With that idea, the EDM process was born. The Lazarenkos perfected the electrical discharge process, which consisted of a succession of discharges made to take place between two conductors separated from each other by a film of non-conducting liquid, called a dielectric.
The Lazarenkos achieved immortality with this circuit, which today bears their name. Today, many EDMs use an advanced version of the Lazarenko circuit.
How It Works
There are a series of non-stationary, timed electrical pulses to remove material from a workpiece during the EDM process. The electrode and the workpiece are held by the machine tool, containing the dielectric.
A power supply controls the timing and intensity of the electrical charges and the movement of the electrode about the workpiece.A discharge is initiated at the spot where the electric field is most vital.
Under the effect of this field, electrons and positive free ions are accelerated to high velocities and rapidly form an ionized channel that conducts electricity.
At this stage, the current can flow, and the spark forms between the electrode and workpiece, causing many collisions between the particles. During this process, a gas bubble develops, and its pressure rises very steadily until a plasma zone is formed.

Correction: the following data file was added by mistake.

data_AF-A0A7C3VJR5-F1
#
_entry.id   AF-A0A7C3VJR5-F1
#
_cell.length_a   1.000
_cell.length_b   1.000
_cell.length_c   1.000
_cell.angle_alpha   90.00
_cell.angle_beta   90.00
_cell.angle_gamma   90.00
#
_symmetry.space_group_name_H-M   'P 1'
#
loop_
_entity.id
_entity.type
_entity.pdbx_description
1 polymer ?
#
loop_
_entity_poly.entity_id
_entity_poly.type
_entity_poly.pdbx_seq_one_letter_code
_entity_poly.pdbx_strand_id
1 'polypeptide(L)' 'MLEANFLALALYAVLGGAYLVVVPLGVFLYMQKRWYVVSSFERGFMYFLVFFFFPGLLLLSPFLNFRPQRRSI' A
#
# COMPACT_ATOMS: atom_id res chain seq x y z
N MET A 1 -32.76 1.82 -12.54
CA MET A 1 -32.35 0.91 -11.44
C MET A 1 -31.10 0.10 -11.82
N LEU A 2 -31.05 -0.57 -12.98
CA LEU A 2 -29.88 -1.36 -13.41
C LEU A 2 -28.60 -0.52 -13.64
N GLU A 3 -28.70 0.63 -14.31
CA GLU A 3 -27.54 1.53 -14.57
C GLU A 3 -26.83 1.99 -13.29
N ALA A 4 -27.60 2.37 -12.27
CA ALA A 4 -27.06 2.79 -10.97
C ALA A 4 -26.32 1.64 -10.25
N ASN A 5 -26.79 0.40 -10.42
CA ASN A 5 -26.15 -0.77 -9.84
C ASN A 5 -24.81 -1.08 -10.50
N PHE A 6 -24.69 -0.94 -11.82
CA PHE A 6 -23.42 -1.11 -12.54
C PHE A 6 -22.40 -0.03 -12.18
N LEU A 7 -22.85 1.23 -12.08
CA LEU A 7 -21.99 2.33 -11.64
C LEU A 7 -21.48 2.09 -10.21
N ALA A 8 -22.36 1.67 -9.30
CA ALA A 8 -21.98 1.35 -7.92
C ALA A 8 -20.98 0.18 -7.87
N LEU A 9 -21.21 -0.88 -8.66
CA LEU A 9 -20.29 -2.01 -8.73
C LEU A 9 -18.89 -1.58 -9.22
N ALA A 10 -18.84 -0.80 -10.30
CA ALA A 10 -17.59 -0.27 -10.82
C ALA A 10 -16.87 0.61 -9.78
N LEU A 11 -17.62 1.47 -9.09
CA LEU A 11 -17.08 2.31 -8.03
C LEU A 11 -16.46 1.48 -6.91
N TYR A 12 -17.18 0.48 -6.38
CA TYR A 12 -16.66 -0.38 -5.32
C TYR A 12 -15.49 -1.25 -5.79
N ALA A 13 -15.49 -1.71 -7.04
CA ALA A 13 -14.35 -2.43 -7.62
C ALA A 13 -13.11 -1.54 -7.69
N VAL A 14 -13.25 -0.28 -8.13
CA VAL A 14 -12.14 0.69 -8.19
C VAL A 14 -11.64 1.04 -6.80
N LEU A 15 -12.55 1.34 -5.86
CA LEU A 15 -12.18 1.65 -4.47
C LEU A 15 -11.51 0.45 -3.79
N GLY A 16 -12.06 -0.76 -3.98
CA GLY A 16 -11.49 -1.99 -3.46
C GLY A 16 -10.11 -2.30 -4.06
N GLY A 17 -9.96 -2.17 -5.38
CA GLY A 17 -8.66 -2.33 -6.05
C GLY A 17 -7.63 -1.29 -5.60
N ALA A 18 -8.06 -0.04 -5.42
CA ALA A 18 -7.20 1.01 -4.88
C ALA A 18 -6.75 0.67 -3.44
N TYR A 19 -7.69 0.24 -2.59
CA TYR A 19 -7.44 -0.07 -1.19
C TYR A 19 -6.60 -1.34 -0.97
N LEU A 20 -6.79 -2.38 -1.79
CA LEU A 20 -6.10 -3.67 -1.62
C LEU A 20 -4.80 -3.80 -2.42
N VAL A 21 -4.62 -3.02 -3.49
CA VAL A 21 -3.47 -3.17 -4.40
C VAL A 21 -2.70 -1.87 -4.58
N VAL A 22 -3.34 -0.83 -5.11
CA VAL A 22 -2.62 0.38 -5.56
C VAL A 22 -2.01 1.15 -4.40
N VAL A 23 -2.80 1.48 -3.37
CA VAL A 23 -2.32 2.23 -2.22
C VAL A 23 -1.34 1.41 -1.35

The plasma zone quickly reaches very high temperatures, in the region of 8,000 to 12,000′ Centigrade, due to the effect of the ever-increasing number of collisions, which causes instantaneous local melting of a certain amount of the material at the surface of the two conductors.
When the current is cut off, the sudden reduction in temperature causes the bubble to implode, which projects the melted material away from the workpiece, leaving a tiny crater.
The eroded material then resolidifies in the dielectric in small spheres and is removed by the dielectric. All this without the electrode ever touching the workpiece.
Making EDM a no-contact machining process allows you to achieve tighter tolerances and better finishes in a wide range of materials that are otherwise difficult or impossible to machine with traditional processes.